Economic Reasons to be Cautious with Iran
The Saudi government and people, the Persian Gulf nations, and the world economies and nuclear powers definitely don’t want a war with Iran.
The Saudi’s and the Gulf states must be shocked that in one strike, Iran or others managed to put out of commission over half of Saudi oil output. The Iranian weapons must be accurately flown or programmed drones and missiles. The 19 weapons sent were also flown at little cost and no casualties to the aggressors. Tonight, we learned that the missiles or drones got past 6 US Patriot anti-missile systems, each costing one billion dollars each. It may be that some worked, but I doubt such data will be given. For some reason, NBC news said that the administration was claiming that Iran “sponsored” the attacks, rather than they outright committed them.
The Saudi government is funded 87% by Saudi Aramco Petroleum revenues. 42% of Saudi GDP comes from oil. Only 30%-40% of Saudis work. The work force is 80% non-national. The per capita purchasing power parity income is a high $55,260. The Saudi’s clearly don’t want the rest of their oil income capacity damaged or destroyed by a second raid. Even if the Saudi’s can repair damaged areas in a few months, they can’t keep redoing that. Whereas civilian and military targets takes a lot of raids and bombs, oil facilities easily explode with minimal attacking weapons. I there are further raids to totally cut off Saudi oil, 10% or 10 million barrels a day of world oil will be cut.
Iran is having a commemorative parade of 200 attacking boats on the Persian gulf. They could not only easily attack oil facilities of the other Gulf states, but attack their navies and their oil tankers. 17 million barrels per day pass through the Straits of Hormuz.
Out of 100 million barrels used worldwide, this is 17% now at risk going through the Straits of Hormuz. This is quite a threat to the entire world transportation and economies. The US relies on the Strait for 18% of total crude oil and condensate imports, and 7% of total US petroleum liquids consumption. California imports 15% of it’s oil from Saudi Arabia, and a total of 25% from the Persian Gulf.
The seven nuclear powers who signed onto the Iranian nuclear non-proliferation treaty called the Joint Comprehensive Plan of Action (JCPOA) have still been trying to keep up trade and hold Iran to the treaty. It began in 2015, and had elements good for 10 and 15 years. Yet Trump repeated over and over again that the treaty was only good for a few more years. It would have outlived all of Trump’s three terms in office!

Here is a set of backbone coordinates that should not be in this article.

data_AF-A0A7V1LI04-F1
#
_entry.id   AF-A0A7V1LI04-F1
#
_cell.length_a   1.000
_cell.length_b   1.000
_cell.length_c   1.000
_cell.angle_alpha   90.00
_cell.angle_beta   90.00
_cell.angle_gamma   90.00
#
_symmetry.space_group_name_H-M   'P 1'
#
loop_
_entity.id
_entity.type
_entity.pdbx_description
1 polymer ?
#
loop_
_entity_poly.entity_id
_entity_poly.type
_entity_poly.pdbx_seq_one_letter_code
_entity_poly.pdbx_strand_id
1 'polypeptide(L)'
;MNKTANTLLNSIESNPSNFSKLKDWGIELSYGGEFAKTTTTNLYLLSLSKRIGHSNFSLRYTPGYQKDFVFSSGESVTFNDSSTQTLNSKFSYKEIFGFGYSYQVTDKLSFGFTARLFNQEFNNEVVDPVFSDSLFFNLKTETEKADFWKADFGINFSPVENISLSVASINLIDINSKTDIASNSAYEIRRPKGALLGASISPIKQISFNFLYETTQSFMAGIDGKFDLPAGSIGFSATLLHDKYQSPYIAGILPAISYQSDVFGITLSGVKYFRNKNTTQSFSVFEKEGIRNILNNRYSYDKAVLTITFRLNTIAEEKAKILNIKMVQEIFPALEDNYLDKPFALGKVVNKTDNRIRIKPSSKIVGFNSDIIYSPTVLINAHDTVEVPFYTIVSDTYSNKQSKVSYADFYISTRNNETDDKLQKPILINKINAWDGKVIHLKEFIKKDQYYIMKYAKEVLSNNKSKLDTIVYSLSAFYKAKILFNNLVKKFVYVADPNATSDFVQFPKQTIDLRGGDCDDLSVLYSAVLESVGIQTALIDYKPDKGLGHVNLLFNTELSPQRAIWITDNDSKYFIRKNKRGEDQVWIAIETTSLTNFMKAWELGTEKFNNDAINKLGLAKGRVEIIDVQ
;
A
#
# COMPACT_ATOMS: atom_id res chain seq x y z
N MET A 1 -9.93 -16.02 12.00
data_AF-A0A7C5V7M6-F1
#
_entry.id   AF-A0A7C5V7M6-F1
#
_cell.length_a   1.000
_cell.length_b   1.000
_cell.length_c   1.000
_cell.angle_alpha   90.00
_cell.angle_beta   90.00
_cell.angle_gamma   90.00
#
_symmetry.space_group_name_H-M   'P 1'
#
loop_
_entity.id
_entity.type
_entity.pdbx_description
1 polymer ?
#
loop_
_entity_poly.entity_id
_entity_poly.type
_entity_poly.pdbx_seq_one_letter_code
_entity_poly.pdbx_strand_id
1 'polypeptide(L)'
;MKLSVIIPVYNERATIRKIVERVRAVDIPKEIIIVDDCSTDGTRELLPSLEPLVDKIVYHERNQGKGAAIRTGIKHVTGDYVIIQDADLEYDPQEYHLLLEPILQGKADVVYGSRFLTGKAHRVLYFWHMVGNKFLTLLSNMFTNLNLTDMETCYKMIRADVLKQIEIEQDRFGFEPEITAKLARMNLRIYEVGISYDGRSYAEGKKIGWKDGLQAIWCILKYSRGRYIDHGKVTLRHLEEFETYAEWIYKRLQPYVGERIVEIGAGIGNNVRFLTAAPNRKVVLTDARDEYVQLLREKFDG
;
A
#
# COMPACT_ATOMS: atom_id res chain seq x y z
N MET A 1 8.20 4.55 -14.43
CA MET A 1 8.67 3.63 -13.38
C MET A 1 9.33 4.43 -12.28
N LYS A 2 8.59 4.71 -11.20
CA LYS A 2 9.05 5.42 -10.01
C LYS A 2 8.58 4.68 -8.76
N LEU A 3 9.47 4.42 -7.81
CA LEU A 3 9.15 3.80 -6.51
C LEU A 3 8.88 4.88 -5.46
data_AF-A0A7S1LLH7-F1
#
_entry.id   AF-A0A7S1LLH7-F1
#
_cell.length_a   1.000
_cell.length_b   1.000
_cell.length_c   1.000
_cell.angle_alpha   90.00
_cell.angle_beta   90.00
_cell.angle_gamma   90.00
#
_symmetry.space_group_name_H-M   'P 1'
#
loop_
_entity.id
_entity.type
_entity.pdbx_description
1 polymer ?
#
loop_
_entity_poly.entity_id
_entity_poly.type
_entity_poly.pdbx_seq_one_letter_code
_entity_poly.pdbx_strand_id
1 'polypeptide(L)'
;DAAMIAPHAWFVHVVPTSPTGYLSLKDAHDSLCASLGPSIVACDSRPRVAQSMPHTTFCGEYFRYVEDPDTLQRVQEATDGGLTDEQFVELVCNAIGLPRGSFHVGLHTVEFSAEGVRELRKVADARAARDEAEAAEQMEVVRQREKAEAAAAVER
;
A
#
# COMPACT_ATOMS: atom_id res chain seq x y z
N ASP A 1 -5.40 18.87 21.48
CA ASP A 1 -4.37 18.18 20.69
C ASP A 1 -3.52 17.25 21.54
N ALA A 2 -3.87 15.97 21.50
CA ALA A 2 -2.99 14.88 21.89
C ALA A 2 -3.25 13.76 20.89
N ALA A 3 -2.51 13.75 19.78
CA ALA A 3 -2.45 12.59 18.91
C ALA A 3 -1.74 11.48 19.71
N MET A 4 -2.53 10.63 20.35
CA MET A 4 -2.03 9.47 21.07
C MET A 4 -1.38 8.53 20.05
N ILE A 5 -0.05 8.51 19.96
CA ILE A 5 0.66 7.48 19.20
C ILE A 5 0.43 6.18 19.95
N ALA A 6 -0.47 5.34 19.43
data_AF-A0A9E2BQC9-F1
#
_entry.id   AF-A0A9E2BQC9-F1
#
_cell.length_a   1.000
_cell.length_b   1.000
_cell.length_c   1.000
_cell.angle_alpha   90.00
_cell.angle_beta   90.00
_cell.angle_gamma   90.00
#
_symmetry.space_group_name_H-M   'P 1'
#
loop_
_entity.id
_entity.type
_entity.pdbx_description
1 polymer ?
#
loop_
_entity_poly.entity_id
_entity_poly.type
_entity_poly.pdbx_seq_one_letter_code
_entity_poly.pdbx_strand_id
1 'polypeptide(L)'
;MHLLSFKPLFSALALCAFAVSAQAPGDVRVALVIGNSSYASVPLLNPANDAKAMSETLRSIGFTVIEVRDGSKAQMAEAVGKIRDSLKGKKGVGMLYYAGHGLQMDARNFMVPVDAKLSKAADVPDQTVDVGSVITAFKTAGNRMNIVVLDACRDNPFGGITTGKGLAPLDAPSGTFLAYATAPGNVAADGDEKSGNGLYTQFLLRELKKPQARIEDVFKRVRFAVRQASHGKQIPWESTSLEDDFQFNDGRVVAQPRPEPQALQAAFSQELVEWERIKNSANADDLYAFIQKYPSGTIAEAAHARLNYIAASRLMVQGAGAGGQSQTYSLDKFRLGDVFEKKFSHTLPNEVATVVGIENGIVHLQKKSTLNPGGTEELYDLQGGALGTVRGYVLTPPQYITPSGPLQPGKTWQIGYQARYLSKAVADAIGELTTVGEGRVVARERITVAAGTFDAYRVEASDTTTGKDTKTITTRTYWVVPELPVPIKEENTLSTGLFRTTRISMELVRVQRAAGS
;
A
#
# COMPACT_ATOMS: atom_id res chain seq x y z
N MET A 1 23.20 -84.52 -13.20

Trump would normally consult with Netanyahu, who also apposed the Iranian treaty, but so far there is not a coalition government to consult with.
Since Trump has gotten nowhere with Iran despite his Maximum Pressure approach, other than bringing us to the brink of war, as well as a pressure war against our allies, who knows what will happen.
The people that Trump must be hearing from is not only Saudi Crown Prince Mohammed bin Salman, but Netanyahu, his own daughter Ivanka, his Middle East advisor and son-in-law Jared Kushner, his hawkish Secretary of State Mike Pompeo, Senator Lindsey Graham, and his brand new National Security Advisor Robert O’Brien, who will have one day learning on the job before deciding whether to launch a new war. There is no account of Trump’s consulting and receiving authorization by the Senate or Congress for any action, nor any statement of his intention to do so.
At the same time that we are worried about world oil availability, Trump is acting to force California and thirteen other states, and Canada, and D.C., and 4 major auto companies, to continue to make and sell gas guzzlers according to Trump’s freeze on improving auto fuel economy standards. It’s odd that he chose to do this during his visit to California, and during a week that 250 media are highlighting the climate crises, the UN is meeting at the climate summit, and students are organizing climate crises strikes.